The Turlock Police Department, California Highway Patrol (CHP), and other law enforcement agencies are participating in "Distracted Driving Month" throughout April.
The Turlock Police Department will be participating in several "Zero Tolerance" enforcement periods where they will be looking specifically for cell phone violations.
“If you are stopped, there will be no warning. The minimum fine is $159 for the first offense,” states the Turlock Police Traffic Safety Unit facebook page. “A hands-free ear piece is much cheaper…and safer.”
Driver distraction is a significant and growing problem in California. Inattention while behind the wheel proved to be especially deadly in 2009 as 116 people lost their lives as the result of a collision in which at least one driver was distracted. More than 17,000 others were injured under similar circumstances.
To address this growing concern, the CHP and more than 200 law enforcement agencies throughout the state are conducting a series of enforcement efforts during April – National Distracted Driving Awareness Month. The crackdown begins April 4th with the first, two-day statewide enforcement effort.
"When you’re behind the wheel of a vehicle, any distraction can be serious, even life-threatening. Texting, especially, while driving is not only illegal, it is just not a good idea," said CHP Commissioner Joe Farrow. "Most of these crashes can be prevented if the drivers change their behavior and focus on driving."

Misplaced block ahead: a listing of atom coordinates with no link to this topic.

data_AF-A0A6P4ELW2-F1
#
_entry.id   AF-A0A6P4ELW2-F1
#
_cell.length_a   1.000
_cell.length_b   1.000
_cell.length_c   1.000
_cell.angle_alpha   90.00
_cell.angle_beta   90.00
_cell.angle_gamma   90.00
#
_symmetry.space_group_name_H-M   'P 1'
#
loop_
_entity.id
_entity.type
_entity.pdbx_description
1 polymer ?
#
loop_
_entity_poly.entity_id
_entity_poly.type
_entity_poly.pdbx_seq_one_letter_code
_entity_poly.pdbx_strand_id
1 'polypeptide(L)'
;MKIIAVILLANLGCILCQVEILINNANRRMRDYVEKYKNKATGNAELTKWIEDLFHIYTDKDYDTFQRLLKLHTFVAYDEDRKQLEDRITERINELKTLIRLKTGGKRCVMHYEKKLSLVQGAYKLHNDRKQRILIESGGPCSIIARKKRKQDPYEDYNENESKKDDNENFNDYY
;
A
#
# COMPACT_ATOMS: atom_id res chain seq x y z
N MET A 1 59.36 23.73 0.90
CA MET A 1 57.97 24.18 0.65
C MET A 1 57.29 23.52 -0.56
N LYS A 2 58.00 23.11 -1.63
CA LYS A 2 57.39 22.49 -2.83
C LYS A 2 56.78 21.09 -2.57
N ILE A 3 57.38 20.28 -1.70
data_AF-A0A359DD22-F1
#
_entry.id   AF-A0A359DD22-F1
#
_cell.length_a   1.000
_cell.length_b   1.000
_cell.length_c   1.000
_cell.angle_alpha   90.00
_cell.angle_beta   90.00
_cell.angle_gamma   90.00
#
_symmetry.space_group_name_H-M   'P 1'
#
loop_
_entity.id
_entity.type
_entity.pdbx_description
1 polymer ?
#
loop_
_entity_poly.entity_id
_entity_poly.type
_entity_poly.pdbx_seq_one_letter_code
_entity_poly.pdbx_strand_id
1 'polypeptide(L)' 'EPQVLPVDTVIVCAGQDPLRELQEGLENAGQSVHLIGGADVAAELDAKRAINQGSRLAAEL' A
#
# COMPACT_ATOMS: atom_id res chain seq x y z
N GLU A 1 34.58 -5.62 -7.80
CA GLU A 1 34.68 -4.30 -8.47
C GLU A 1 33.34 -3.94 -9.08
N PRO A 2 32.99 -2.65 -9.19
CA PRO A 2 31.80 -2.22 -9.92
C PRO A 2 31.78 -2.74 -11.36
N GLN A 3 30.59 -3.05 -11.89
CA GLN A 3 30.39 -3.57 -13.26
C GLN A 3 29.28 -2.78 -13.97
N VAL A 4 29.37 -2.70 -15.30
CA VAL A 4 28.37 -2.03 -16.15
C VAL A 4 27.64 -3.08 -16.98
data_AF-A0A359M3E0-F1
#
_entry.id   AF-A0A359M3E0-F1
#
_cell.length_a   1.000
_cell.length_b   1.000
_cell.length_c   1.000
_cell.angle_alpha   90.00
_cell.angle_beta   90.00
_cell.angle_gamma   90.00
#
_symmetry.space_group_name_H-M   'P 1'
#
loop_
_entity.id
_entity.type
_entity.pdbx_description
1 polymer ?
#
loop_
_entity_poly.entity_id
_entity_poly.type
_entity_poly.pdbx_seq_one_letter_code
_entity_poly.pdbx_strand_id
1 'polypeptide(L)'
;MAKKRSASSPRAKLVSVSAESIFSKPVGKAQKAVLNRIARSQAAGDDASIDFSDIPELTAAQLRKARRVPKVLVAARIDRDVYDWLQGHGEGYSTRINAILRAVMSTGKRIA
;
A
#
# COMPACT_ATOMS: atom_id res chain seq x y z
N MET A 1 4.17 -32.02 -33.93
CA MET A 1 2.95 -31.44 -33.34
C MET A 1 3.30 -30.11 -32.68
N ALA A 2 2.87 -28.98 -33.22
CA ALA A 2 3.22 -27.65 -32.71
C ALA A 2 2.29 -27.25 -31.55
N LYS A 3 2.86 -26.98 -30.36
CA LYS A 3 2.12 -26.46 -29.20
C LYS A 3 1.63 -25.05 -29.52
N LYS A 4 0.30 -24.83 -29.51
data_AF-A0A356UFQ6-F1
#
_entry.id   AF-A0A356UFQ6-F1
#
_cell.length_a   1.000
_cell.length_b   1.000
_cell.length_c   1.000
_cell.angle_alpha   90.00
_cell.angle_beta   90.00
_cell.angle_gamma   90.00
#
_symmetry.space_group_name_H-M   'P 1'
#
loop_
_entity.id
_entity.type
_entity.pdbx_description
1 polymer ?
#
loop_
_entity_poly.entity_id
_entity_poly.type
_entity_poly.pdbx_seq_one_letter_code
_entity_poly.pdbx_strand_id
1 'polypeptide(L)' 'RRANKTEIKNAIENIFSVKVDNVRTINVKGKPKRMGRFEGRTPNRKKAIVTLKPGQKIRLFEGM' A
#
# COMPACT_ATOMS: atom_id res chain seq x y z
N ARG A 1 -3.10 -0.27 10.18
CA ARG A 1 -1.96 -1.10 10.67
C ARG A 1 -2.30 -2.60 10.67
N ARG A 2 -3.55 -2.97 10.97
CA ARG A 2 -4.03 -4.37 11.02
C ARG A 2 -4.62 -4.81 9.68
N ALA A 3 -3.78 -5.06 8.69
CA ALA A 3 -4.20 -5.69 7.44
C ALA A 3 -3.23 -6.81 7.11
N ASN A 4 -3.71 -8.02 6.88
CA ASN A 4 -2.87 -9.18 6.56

Not only do drivers put themselves at risk while multi-tasking, drivers increase the risk of injuring or killing their passengers, bicyclists, pedestrians or innocent victims traveling in another vehicle. It is the responsibility of all drivers to keep the roads safe.
To help address the deadly problem, the CHP received a grant from the California Office of Traffic Safety (OTS) through the National Highway Traffic Safety Administration. In addition, local police and sheriffs’ departments will be adding several ‘zero tolerance’ enforcement days throughout the month.
"OTS is proud to both help provide the CHP with the additional resources they need to combat this problem and to sign up over 275 local law enforcement agencies to join in this kickoff campaign," said OTS Director Christopher J. Murphy. "This is a problem that threatens to grow even larger and faster if California’s drivers are not convinced that mobile device use is dangerous."
While the number one source of driver inattention is the use of cell phones, distracted driving is more than just using technology when driving. It represents a range of activities that impact a driver’s visual, auditory, physical or cognitive abilities when driving. Hoping to drive the message home and convince motorists to disconnect from this distracting,
often deadly behavior while behind the wheel, the CHP will, in addition to the enforcement effort, launch a grant-funded public service campaign, conduct educational presentations and staff booths at community events at which educational materials can be distributed.
“Through the combined efforts of California’s law enforcement agencies, our traffic safety partners like OTS, the California Department of Transportation (Caltrans) and the Department of Motor Vehicles our goal is to enlighten drivers statewide about the dangers of distracted driving,” said Commissioner Farrow. “Too many lives are destroyed every year because of distracted driving; it’s not worth it.”